The Galaxy’s Most Wanted Pushes Marvel Champions’ Design

As regular readers certainly know by now, I’m a huge fan of the card game Marvel Champions (in fact, brace yourself, because character breakdowns are probably on their way back). Last week, the game released its second campaign box expansion–a large set that contains two new heroes and five new villain scenarios, which are meant to be played in order to create a story (similar to Arkham Horror: The Card Game).

Each campaign box in Marvel Champions has a theme, and this one, “The Galaxy’s Most Wanted,” is centered on the Guardians of the Galaxy. As such, the two new heroes are the popular Guardians Rocket Raccoon and Groot. Meanwhile, the villains are an assortment of cosmic baddies: the Brotherhood of the Badoon, the Collector (who gets two scenarios to himself), Nebula, and Ronan the Accuser.

To enhance the space theme even further, players get control of Star-Lord’s ship, the Milano, over the course of the campaign. The ship gives you a few extra options per turn, and it plays a role in most of the scenarios. It’s a neat new mechanic that serves as a great example of what this box expansion does right: pushes the boundaries of Champions‘ design.

Let’s start with the heroes, Rocket and Groot. Heroes are by far the most exciting part of the game to me–new scenarios are cool, too, but I love seeing how the game represents these iconic characters. Rocket and Groot are both great, and Groot in particular has a fascinating and unique playstyle.

Rocket is focused on overkill. He’s a minion-buster; the whole goal with Rocket is not just to defeat minions, but to destroy them–if he deals excess damage to an enemy, he gets to draw more cards. This might sound relatively simple on the face of it, but in my experience, economy of damage is extremely important in Marvel Champions; wasting damage never feels good when you know you’ve got a juggernaut of a villain you could be hitting instead, or that you could draw a minion from the encounter deck at any time. Rocket upends that careful distribution by incentivizing a playstyle based on being a lot less careful with your attacks.

Groot, on the other hand, is more defensive. He has cards that encourage you to stay at max health as long as possible. He also gets a type of unique… currency, I’d almost call it (I don’t want to say ‘resource’ since that term is used elsewhere in the game), called Growth Counters. Growth Counters absorb damage, protecting that max health… but as you grow your field by playing certain upgrades, you can also start spending them on useful abilities (for instance, improving your attack or thwart, or readying up after using a basic action). This makes each of his turns a fun little puzzle–should I spend my Growth Counters here, or save them for defense? Do I want to flip to alter-ego so I can stack up more of them? I love how thoughtful and different Groot feels thanks to this mechanic.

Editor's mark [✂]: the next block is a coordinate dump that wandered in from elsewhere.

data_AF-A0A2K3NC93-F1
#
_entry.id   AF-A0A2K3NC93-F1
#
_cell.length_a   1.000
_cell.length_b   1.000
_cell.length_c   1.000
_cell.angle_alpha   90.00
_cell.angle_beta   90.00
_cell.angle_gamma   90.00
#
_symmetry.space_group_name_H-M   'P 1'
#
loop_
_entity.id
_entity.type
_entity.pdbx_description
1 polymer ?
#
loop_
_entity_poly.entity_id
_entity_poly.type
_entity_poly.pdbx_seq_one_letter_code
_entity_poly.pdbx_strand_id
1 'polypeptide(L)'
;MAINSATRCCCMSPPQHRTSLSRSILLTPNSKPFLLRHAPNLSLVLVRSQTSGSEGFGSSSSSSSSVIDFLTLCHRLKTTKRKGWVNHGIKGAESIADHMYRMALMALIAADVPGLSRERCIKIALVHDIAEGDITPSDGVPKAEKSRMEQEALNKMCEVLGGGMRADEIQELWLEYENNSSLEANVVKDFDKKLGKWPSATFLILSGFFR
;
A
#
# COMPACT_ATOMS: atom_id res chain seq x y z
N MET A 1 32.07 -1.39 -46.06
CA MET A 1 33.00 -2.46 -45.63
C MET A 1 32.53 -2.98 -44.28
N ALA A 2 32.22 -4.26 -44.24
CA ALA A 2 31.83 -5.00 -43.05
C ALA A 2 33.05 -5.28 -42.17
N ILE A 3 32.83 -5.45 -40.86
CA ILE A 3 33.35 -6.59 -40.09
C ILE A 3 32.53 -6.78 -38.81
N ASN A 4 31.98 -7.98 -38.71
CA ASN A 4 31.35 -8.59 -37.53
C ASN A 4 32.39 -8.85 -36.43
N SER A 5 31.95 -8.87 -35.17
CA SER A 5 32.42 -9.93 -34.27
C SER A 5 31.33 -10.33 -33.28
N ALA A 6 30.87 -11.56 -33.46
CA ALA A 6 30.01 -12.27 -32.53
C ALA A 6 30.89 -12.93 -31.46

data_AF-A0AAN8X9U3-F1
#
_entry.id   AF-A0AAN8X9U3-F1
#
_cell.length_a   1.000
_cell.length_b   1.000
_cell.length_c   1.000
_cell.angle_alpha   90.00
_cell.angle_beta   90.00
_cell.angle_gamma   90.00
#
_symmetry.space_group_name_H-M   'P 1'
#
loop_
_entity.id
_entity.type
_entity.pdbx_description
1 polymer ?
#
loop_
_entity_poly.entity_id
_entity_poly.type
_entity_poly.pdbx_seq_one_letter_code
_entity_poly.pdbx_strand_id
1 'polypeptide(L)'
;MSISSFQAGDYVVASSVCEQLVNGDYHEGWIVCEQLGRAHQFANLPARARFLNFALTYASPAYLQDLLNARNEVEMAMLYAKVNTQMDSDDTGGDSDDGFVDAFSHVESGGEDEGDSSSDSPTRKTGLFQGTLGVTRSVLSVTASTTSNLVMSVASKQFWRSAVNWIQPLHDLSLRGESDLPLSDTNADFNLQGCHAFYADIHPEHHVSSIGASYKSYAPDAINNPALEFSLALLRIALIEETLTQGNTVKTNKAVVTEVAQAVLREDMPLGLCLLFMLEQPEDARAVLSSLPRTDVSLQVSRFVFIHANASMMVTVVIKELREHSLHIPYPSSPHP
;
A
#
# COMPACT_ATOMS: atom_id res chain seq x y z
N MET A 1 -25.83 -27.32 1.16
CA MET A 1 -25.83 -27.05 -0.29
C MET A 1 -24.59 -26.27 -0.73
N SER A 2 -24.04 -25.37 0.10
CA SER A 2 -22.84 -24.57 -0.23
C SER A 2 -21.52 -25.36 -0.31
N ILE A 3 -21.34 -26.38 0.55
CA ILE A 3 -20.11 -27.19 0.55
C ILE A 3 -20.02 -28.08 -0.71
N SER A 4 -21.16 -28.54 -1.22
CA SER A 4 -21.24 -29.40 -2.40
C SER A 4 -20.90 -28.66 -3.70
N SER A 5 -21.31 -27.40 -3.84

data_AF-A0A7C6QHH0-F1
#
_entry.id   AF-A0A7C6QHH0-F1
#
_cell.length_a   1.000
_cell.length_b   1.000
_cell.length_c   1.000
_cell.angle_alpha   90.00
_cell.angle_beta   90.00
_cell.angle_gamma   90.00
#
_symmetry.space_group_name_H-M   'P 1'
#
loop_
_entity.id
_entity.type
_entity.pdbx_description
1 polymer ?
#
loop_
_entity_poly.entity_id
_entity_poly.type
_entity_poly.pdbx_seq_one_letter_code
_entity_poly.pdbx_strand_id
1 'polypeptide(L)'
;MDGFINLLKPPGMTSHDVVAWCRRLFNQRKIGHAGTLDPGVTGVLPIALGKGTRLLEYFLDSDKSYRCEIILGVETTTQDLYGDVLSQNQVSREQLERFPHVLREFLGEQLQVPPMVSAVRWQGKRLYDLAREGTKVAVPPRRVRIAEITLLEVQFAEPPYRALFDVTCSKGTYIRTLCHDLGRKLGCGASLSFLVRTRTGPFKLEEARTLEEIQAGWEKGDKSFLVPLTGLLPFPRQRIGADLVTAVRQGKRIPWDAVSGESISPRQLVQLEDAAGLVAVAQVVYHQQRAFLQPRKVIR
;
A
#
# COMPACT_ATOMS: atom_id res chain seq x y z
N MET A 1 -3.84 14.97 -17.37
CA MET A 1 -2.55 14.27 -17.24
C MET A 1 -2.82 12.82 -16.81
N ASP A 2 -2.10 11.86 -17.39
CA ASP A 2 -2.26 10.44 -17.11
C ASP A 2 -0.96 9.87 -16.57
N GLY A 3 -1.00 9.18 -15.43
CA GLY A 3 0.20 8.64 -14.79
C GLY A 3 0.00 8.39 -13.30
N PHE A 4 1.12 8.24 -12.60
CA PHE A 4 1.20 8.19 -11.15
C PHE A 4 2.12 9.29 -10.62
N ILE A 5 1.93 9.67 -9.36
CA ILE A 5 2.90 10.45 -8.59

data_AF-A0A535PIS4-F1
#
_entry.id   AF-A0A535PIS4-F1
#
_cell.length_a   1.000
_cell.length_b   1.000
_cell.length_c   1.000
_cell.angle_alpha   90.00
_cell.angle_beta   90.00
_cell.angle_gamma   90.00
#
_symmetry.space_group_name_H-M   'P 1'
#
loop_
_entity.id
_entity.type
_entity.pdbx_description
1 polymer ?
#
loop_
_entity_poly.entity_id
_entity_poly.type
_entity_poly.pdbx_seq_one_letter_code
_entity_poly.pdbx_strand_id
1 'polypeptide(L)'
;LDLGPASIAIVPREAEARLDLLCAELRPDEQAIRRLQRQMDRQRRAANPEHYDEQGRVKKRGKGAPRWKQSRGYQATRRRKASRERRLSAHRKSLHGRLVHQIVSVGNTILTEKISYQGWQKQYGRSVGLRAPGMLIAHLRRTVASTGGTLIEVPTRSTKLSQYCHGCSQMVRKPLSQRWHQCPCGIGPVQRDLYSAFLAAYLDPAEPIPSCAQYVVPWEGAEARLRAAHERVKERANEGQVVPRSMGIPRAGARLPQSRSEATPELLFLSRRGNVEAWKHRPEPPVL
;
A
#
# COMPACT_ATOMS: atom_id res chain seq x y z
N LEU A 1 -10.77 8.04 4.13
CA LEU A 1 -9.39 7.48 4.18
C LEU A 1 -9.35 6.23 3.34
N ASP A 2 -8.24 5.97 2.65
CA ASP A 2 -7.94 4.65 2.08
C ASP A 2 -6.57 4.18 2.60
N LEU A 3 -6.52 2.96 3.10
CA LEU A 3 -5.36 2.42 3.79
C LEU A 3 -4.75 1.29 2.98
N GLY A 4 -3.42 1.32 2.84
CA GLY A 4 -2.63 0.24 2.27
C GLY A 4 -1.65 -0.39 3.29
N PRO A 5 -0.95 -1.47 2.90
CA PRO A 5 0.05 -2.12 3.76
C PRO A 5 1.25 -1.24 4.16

Fresh mechanics like this are the highlight of the box, as each scenario is peppered with them as well. I’ve already mentioned the presence of the Milano, which rotates between players throughout each scenario. While the ship starts off as a pretty basic support, it can be upgraded as the game goes on thanks to another new mechanic: Units.

If you’ve played Arkham Horror: The Card Game, you’re familiar with Units–though you’d know them as XP. Yes, this box adds Victory Points and a Victory Display in its scenarios, paving the way for players to ‘buy’ new cards to upgrade their decks as the campaign moves along. That’s one of my favorite aspects of Arkham, and I’m glad to see it make the transition to Champions. In addition to regular events and such, several of the purchasable cards here are upgrades for the Milano, which I think is a neat twist to that mechanic.

The scenarios themselves are jam-packed with new ideas, too. The Collector can steal away your upgrades and supports for his collection; Nebula can stack up tons of ‘Technique’ upgrades to unleash a devastating attack; and the Ronan the Accuser fight takes the form of a game of keep-away with an Infinity Stone. Perhaps my favorite concept here, though, is Scenario #3, which is the second scenario to feature the Collector as the villain.

In this scenario, the Collector is invincible–he has infinite health. Instead of defeating a villain, the group has to focus on removing Threat from a series of schemes. I love that this scenario has a completely different win condition than any other villain in the game so far; it bodes well for the game that the designers are coming up with twists to the formula like this. It also reminds me once more of Arkham, which tends to focus more on advancing various scenario cards than defeating any specific monsters.

Overall, “The Galaxy’s Most Wanted” is a terrifically inventive and fun expansion. While it’s maybe a little harder than I’d like (Nebula and Ronan are just downright mean), the ideas inside it have me very excited for where the game could go next. In particular, the character design around Groot has me incredibly pumped for future heroes–this kind of outside-the-box thinking is going to make characters like, say, the X-Men fascinating to see in action whenever they get added to the game.

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